The AK100′s Wolfson WM8740 24-bit DAC is well known in audiophile circles, as it’s the same kind used in high-end Linn stereo components. And audio quality with the right material, as you can expect, is amazing on the AK100. Duke Ellington’s “In a Mellow Tone” by Jackson, Hazeltine, Reedus, and Gill sounds like they’re playing right in front of you in a small jazz club; each instrument sounds full, round, and, well, real. There’s a beautiful sense of space in this 24-bit, 88kHz recording. “Hotel California” by the Eagles sounds almost ethereal and otherworldly at 24-bit and 192kHz. The soundstage is wide and deep, with plenty of air around the various guitars and Don Henley’s voice. The acoustic guitar strings and snare drum grace notes in “Roundabout” by Yes are clearly audible at 24-bit and 96kHz.
Here’s the thing, though: These recordings also sound fantastic as 16-bit, 44.1kHz lossless files ripped from regular CDs. You’ll hear a pretty massive difference going from 256Kbps to lossless 16-bit, 44.1kHz, but much less of one going from lossless 16-bit, 44.1kHz to 24-bit, 96kHz or 192kHz. Classical and jazz recordings have the most to gain from increased resolution. But even with those, you’ll hear much more of a difference when changing headphones, speakers, concert halls, mixing engineers or mastering engineers on particular recordings, even external DACs—just about everything else matters more than whether a lossless recording is 44.1kHz or 96kHz, especially when you’re talking about the final mixdown format, and not individually recorded instrument tracks in a digital audio workstation.
That said, even regular lossless files at 16-bit and 44kHz sound great on the AK100, thanks to the quality of the Wolfson D/A converter. There’s also a five-band graphic equalizer; many audiophiles sneer at using one, but it’s useful in some situations. It’s not parametric—you can’t control the EQ points, but they’re quite musical, at 60, 170, 310, 600, and 16,000Hz. The AK100 supports stereo Bluetooth streaming, so you can listen to music wirelessly, albeit at slightly compromised sound quality. Iriver recommends sticking with 44.1kHz or 48kHz files in this case, as larger ones will strain the wireless connection.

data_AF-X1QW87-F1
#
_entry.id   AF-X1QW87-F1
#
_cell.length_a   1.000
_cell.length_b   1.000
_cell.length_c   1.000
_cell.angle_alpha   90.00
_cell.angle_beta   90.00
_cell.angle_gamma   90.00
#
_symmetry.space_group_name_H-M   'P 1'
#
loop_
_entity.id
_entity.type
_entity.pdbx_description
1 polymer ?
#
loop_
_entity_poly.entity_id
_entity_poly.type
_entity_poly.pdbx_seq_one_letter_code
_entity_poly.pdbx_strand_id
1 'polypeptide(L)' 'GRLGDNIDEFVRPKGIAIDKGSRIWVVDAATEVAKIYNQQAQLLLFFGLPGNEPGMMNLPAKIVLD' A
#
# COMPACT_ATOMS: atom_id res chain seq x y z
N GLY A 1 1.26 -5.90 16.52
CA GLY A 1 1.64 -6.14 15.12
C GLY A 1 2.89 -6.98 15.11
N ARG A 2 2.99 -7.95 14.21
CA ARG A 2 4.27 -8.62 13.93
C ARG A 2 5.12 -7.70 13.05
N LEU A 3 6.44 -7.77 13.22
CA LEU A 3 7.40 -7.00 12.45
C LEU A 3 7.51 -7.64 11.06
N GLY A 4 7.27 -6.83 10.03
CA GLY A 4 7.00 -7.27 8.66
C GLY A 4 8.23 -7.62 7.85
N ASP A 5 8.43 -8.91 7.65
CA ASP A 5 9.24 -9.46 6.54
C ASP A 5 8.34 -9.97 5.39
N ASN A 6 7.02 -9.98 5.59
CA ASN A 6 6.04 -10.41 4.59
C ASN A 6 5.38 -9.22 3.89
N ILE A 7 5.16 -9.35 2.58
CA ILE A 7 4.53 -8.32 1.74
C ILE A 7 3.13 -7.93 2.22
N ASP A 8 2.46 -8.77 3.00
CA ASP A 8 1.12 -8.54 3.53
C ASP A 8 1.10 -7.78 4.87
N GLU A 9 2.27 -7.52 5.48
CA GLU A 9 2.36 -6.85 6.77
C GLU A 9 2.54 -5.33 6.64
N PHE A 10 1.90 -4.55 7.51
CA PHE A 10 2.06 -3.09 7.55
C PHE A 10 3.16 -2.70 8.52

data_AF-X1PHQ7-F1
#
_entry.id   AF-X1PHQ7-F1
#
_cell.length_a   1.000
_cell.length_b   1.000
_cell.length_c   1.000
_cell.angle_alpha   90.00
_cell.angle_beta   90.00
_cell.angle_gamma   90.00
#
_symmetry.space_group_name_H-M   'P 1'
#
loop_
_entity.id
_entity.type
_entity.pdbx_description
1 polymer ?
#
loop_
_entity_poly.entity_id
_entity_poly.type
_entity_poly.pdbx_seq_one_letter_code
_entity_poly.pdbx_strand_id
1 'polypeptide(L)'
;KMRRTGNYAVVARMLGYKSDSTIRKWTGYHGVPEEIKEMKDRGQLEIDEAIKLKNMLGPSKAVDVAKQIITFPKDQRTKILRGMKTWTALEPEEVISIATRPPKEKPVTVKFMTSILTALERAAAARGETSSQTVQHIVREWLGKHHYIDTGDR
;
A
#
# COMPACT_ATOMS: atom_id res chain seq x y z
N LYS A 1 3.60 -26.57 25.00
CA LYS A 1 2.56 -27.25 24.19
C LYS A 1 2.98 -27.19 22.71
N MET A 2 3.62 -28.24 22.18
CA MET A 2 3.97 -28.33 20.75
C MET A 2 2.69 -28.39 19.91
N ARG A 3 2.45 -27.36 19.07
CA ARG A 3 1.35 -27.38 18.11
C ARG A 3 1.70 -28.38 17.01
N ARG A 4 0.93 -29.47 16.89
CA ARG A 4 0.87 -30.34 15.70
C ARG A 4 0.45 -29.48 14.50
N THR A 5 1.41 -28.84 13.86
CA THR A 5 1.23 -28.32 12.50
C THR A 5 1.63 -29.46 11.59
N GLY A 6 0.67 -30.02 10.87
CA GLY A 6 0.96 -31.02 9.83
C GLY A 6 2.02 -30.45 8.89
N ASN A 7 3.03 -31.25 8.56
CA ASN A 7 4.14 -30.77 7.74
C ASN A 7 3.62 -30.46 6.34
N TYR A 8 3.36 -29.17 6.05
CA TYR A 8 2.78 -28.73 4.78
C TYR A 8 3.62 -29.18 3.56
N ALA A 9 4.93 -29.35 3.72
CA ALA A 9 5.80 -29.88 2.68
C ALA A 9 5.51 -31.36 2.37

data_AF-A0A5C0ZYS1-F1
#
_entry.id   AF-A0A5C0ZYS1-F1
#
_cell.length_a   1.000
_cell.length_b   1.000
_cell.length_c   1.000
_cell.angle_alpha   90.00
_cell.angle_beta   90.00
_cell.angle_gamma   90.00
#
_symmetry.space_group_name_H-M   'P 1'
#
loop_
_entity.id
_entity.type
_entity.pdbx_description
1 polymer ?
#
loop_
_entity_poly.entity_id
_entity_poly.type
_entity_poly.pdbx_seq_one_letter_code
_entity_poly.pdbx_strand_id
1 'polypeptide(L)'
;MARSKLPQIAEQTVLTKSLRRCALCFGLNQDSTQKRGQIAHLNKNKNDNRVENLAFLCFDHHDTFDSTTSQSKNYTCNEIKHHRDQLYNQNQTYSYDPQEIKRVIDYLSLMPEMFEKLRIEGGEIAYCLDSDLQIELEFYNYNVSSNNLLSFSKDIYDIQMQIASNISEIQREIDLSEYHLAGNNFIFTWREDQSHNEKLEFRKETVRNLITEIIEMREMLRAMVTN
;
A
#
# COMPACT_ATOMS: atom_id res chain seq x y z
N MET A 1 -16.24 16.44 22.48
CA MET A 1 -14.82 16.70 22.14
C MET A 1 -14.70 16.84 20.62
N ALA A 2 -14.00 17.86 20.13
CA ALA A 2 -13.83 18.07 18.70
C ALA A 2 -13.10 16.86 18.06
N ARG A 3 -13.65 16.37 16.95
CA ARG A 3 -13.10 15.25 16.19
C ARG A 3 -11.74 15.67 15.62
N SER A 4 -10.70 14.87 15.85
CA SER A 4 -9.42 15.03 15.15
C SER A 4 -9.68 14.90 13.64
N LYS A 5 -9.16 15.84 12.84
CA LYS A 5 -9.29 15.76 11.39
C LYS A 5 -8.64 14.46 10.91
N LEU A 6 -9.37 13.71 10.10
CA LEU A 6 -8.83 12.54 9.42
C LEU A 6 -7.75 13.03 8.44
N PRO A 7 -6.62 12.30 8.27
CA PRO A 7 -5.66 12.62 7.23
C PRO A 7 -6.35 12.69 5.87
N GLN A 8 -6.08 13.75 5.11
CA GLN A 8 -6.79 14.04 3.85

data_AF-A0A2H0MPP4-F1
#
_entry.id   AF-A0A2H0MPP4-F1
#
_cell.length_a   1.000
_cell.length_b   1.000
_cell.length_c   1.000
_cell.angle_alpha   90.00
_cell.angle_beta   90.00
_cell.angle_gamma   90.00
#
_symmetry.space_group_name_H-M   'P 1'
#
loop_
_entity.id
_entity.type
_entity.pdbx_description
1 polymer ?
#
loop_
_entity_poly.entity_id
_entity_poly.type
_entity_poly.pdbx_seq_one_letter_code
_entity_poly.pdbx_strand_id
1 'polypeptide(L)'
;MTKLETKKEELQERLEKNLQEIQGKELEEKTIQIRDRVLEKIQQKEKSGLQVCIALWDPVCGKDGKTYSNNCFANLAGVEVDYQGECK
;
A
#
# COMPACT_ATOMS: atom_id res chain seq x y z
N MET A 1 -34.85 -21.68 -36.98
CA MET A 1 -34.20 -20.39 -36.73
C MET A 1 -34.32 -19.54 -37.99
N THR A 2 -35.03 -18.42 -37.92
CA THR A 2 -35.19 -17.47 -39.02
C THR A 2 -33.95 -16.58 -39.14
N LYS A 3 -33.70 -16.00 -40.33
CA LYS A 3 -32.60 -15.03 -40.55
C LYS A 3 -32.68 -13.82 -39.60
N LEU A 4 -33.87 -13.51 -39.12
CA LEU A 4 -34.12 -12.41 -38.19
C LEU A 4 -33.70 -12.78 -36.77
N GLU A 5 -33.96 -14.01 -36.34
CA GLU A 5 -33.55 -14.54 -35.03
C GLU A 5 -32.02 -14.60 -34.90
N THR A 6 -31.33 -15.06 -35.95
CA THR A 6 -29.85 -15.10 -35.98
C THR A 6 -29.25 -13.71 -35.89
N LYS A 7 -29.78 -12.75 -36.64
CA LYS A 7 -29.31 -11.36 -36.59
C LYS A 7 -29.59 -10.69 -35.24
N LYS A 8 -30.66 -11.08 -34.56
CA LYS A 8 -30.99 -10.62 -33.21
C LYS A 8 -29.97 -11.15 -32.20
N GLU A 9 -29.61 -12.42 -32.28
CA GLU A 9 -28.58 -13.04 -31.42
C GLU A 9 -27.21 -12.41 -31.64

The 2,000mAh battery lasted for a solid 10 hours, 5 minutes on a continuous playback test while driving the Sennheiser HD 25 II headphone pair. But without an AC adapter, the player takes almost six hours to charge via USB, which is disappointing.
Omissions and Conclusions
So the audio quality is excellent, if not necessarily worth $700. But with the AK100, you’re also giving up a lot of features that much less expensive players have had for years. There’s no camera (front or rear) or high-definition camcorder. It doesn’t run apps. There’s no Wi-Fi, so you can’t sync music wirelessly, access any cloud storage, or listen to streaming services. You can’t record any audio at all, which seems like a missed opportunity, given that studio-quality 24-bit, 96kHz recorders run $200 to $400 and sometimes even include built-in stereo condenser microphones at that price.
Incredibly, there’s no AAC or Apple Lossless support—an almost unbelievable omission, given the iTunes Store’s overwhelming market share, and the fact that many audiophiles committed to ripping CDs to Apple Lossless years ago. If you use iTunes, this player is more trouble than it’s worth. And while HDtracks downloads often sound incredible, they’re expensive, and the site’s archaic file downloader requires Java, freezes up often, and looks like something you’d use to log into Netzero or Juno on Windows 95. A spokesperson for the company said HDtracks is putting the final touches on a new downloader that should become available sometime in the next few weeks; I tested it during the review and found it a huge improvement.
You can argue that none of this matters to audiophiles in pursuit of ultimate sound quality. But with all of the above issues, the market for this device will be seriously limited—and this is coming from a genuine fan of high-resolution audio, and someone who advocates listening to lossless tracks whenever possible. Wealthy, hardcore audiophiles that classify $1,500 bookshelf speakers as “affordable” will probably want to snap the AK100 up immediately for its Wolfson DAC and 24-bit/192kHz support. But even if you’re in that group, just know that you’re getting an extremely barebones device for an extremely high price. For now, the rest of us would do just fine in committing the money to a beautiful pair of headphones, maybe an external headphone amp depending on the headphone model you select, an iPod touch or HTC Droid DNA, and plenty of 16-bit, 44.1kHz lossless music tracks. Pristine audio doesn’t have to be this esoteric—or expensive.
By Jamie Lendino, PCMag
- Weight: 4.3 lb
- Dimensions: 3.11 x 2.33 x 0.57 inches
- Storage Capacity (as Tested): 32 GB
- Expansion Slot: Yes
- Radio: No
- Music Playback Formats: FLAC, MP3, OGG, WAV, WMA, APE